I work remotely from home, which is honestly the dream. Luckily, I am close enough to New York City that I can go in whenever I have meetings with editors and other publishing professionals but I find working from home really gives me the kind of flexibility that I need to thrive.

Plus, it’s awesome to be able to cook lunch daily.

It looks like you are open to middle grade and young adult books. You list contemporary, historical, SFF, rom-com, all with diverse characters. Do you lean more towards one of these?

I generally lean more towards SFF across all age categories, but that’s not a hard and fast rule.

Do you have a limit on how many clients you will represent?

I do not have a hard limit on the number of clients I will represent but I do try to be mindful of the size and makeup of my list. I don’t want to have so many clients that I end up neglecting some in favor of others and I don’t want to have clients who write such similar projects that they’re competing against themselves.

What are your feelings about manuscripts with prologues? Should an author avoid at all costs?

I like prologues but, if you employ them, you have to make sure they need one. They need to be necessary to the story and they must offer some crucial set up that we need to inform the character or the world. I would recommend that writers who do prologues take a look at books that have them and really study what makes them work.

What would you like to see in the query letter? Should writers try to keep it short?

A good query letter should have the character, stakes, and plot. I need to know who our main character is, what they stand to lose or gain, and what the story itself is. A good query shouldn’t be much longer than 250 words and you should also include a short bio and the metadata for your novel (title, word count, genre and age category).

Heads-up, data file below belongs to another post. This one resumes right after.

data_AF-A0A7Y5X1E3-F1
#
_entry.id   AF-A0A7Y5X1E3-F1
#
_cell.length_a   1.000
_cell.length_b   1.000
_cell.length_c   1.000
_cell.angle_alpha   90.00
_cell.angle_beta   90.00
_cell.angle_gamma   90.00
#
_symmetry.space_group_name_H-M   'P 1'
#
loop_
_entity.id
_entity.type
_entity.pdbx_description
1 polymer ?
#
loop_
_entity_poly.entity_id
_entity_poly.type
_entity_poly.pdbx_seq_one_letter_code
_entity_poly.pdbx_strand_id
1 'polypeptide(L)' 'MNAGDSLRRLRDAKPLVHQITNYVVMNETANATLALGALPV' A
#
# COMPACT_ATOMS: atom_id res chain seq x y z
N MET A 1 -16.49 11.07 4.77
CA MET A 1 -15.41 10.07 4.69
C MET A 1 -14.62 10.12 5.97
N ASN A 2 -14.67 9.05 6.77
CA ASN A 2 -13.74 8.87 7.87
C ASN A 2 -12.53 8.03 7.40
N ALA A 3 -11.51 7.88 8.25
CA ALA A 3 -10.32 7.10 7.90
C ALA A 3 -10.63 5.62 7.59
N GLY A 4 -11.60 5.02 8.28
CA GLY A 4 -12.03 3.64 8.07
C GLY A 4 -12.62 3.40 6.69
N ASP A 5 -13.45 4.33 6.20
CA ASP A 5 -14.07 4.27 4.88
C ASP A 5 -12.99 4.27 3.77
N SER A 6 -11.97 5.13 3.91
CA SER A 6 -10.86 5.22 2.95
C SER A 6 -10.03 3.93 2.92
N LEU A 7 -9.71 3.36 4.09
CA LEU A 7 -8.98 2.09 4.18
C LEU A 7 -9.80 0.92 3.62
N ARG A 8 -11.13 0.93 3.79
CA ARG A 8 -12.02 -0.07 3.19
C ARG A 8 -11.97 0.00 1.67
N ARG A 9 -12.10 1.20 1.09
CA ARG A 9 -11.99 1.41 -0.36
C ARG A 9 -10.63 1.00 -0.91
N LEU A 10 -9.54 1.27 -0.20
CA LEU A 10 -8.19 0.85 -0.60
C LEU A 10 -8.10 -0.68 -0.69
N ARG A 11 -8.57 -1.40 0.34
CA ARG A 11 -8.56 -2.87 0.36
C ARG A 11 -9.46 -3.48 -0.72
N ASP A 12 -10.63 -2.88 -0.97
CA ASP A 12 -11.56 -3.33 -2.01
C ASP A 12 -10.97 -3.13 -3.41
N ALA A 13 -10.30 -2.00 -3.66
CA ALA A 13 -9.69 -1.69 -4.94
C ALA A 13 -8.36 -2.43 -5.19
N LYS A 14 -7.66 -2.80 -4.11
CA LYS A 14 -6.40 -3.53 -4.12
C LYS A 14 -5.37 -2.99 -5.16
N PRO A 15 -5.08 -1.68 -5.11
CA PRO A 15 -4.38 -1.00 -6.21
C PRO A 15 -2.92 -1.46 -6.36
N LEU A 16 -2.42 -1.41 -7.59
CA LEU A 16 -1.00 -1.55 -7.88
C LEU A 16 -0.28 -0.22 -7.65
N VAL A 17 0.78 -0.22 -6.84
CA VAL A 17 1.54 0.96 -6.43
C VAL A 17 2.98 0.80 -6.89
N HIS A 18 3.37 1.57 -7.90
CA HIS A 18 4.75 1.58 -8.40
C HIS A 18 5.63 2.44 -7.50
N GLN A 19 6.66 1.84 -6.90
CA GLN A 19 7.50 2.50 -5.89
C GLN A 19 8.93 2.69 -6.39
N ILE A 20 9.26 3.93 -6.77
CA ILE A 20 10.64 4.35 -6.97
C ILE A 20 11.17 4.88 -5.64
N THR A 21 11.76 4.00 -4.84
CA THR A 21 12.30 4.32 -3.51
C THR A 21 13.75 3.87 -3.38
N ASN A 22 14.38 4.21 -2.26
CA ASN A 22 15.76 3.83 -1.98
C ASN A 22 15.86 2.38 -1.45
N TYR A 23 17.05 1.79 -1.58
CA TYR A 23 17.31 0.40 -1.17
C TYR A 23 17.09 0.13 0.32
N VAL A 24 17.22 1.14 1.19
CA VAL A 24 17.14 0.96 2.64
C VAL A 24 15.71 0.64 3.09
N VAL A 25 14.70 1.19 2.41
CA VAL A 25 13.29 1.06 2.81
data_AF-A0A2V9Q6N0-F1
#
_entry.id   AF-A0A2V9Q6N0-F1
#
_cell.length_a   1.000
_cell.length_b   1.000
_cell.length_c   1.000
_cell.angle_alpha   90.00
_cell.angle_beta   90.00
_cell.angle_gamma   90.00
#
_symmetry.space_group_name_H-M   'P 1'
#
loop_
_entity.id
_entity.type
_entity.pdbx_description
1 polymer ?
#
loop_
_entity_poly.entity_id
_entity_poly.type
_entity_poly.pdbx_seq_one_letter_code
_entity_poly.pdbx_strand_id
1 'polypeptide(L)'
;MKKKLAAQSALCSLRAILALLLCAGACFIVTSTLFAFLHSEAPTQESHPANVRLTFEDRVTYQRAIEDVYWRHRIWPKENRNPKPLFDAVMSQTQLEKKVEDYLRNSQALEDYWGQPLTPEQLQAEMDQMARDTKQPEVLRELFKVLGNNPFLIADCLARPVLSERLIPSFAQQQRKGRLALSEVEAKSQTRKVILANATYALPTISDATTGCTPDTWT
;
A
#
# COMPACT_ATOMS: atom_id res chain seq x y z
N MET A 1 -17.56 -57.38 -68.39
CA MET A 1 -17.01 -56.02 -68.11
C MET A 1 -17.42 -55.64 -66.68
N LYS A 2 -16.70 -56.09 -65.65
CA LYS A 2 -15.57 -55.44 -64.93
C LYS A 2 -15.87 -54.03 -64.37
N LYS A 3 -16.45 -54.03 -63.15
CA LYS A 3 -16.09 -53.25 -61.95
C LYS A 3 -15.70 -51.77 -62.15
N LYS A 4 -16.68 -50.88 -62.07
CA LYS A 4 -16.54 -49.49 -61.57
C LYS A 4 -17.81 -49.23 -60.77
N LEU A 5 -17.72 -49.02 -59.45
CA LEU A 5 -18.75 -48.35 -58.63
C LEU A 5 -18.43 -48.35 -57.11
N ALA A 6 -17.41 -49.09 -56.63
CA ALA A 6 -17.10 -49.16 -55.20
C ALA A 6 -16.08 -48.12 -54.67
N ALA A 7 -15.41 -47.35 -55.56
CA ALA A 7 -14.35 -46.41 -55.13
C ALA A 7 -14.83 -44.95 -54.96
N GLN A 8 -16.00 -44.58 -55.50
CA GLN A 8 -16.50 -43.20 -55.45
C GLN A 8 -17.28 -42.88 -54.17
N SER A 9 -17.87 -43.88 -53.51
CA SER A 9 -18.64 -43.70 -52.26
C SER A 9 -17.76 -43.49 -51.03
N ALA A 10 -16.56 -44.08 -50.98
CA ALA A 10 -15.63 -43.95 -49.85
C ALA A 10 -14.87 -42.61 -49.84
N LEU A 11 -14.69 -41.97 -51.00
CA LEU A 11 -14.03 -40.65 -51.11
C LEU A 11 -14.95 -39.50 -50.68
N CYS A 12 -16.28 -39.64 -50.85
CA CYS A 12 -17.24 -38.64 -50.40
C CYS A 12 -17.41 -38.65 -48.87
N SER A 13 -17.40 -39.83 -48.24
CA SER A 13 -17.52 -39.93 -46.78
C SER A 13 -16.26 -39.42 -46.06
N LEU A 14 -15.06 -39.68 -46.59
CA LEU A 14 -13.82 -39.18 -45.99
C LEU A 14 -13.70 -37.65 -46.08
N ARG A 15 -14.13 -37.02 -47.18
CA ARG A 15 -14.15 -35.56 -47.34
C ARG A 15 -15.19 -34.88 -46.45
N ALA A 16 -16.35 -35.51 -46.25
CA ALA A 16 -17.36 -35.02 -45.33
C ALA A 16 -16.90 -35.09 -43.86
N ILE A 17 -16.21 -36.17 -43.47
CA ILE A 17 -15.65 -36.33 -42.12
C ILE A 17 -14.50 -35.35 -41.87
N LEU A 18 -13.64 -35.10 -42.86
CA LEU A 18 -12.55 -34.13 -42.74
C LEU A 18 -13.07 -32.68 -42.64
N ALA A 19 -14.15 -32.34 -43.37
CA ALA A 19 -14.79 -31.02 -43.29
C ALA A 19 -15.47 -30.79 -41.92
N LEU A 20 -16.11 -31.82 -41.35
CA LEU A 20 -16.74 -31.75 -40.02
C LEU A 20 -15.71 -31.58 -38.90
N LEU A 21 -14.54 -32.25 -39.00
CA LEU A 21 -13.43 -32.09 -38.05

Should the word count for your manuscript be included in the query letter?

Yes, it should. It doesn’t have to be the exact word count, though. Please round to the nearest thousand.

Do you like comps mentioned in the query letter? Any tips?

I do like comps! That said, I’d rather see the author draw out specifics about the comps, though, rather than just to list them. What about the book is similar to your story? Additionally, it’s more helpful if the comps are recent titles, within the past 2-3 years, and in your genre and age range.

Would you have an example of a good query letter to help writers?

Honestly? Read through QueryShark. That is the best—free!—education on query writing I’ve found. https://queryshark.blogspot.com/

Have you ever thought about representing an illustrator who does writes and illustrates graphic novels?

The thing is that I love reading graphic novels and comics but I just do not have the skill to edit or place them effectively. I’m not good with art. So, I made the decision to not represent graphic novels – or picture books – because I know I’m not going to be the best advocate for that kind of writer and I don’t want my own personal limitations to hold a client back.

Is it acceptable for a writer to refer to their manuscript as upper middle grade or lower YA or does the age of the characters always decide?

Yes, it is totally acceptable to do use the upper MG and lower YA designations. And while age does often play a large factor, it’s not the only factor; it’s also about themes and voice.

Any tips on how an author can get you to ask to see more?

Just follow the submission guidelines and submit your most polished writing.

HERE ARE THE SUBMISSION GUIDELINES FOR NOVEMBER 2019 FIRST PAGE CRITIQUES:

In the subject line, please write “NOVEMBER FIRST PAGE CRITIQUE” Example: Paste the text in the email, plus attached it as a Word document to the email. Please make sure you include your name, the title of the piece, and whether it’s a picture book, middle grade, or young adult, etc. at the top on both the email and the Word document (Make sure you include your name with the title of your book, when you save the first page).

PLEASE name the word document file by putting 2019 November – Your Name – Title of first page. Thank you. 

REMEMBER: ATTACH THE WORD DOCUMENT AND NOT GET ELIMINATED! Your First Page Word document should be formatted using one inch margins and 12 point New Times Roman font – double space – no more than 23 lines – only one page.

Send to: kathy(dot)temean(at)gmail(dot)com.

PLEASE FOLLOW THE GUIDELINES: Your submission will be passed over if you do not follow the directions for both the pasted email and the attached Word doc. This is where most people mess up.

DEADLINE: November 22nd.

RESULTS: November 29th.

Talk tomorrow,

Kathy